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Hoffmann, R. A wiki for the life sciences where authorship matters. Nature Genetics (2008)

Anatomical distribution of sodium-dependent [(3)H]naloxone binding sites in rat brain.

The sulfhydryl alkylating reagent N-ethylmaleimide (NEM) blocks opioid receptor binding and receptor/G-protein coupling. Sodium partially restores [(3)H]naloxone binding after inhibition by NEM to reveal sodium-dependent [(3)H]naloxone sites, defined as binding in the presence of 50-100 mM NaCl after treatment of membranes or sections with 750 microM NEM. In the present study, receptor autoradiography of [(3)H]naloxone binding in control and NEM-treated tissue was used to examine the anatomical distribution of sodium-dependent [(3)H]naloxone sites in rat brain. In brain membranes, the pharmacology of sodium-dependent [(3)H]naloxone sites was consistent with that of mu opioid receptors. Relatively high IC(50) values for agonists and lack of effect of Gpp(NH)p on DAMGO displacement of [(3)H]naloxone binding in NEM-treated membranes indicated that the sodium-dependent sites were low affinity sites, presumably uncoupled from G-proteins. Autoradiograms revealed that NEM treatment dramatically reduced [(3)H]naloxone binding in all brain regions. However, [(3)H]naloxone binding was increased in specific regions in NEM-treated sections in the presence of sodium, including bed nucleus of the stria terminalis, interpeduncular nucleus, periaqueductal gray, parabrachial nucleus, locus coeruleus, and commissural nucleus tractus solitarius. Sodium-dependent [(3)H]naloxone binding sites were not found in other areas that exhibited [(3)H]naloxone binding in control tissue, including the striatum and thalamus. These studies revealed the presence of a subpopulation of [(3)H]naloxone binding sites which are sodium-dependent and have a unique regional distribution in the rat brain.[1]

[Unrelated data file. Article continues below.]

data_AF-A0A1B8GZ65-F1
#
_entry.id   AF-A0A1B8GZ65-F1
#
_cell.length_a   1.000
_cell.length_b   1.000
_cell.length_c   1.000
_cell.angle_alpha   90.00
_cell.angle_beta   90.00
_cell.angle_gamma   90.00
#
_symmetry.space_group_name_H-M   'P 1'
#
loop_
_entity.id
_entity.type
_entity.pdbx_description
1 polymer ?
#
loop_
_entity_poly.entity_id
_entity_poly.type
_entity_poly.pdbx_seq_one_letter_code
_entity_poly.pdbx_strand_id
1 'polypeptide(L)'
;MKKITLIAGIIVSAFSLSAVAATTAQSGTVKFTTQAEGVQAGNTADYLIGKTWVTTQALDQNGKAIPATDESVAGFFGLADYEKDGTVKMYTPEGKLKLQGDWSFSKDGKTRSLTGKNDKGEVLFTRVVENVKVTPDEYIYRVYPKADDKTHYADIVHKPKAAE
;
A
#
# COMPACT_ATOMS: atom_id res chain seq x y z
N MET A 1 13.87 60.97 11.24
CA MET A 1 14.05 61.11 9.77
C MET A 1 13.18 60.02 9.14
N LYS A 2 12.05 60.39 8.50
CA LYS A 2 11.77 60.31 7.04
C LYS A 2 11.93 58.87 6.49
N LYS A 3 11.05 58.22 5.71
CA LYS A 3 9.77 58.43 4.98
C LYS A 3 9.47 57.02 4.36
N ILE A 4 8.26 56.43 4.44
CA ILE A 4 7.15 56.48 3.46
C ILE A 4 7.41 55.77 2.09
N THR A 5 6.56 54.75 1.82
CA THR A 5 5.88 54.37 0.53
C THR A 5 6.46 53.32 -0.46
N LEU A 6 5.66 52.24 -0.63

1. Anatomical distribution of sodium-dependent [(3)H]naloxone binding sites in rat brain. Sim-Selley, L.J., Xiao, R., Childers, S.R. Synapse (2000) [Pubmed]
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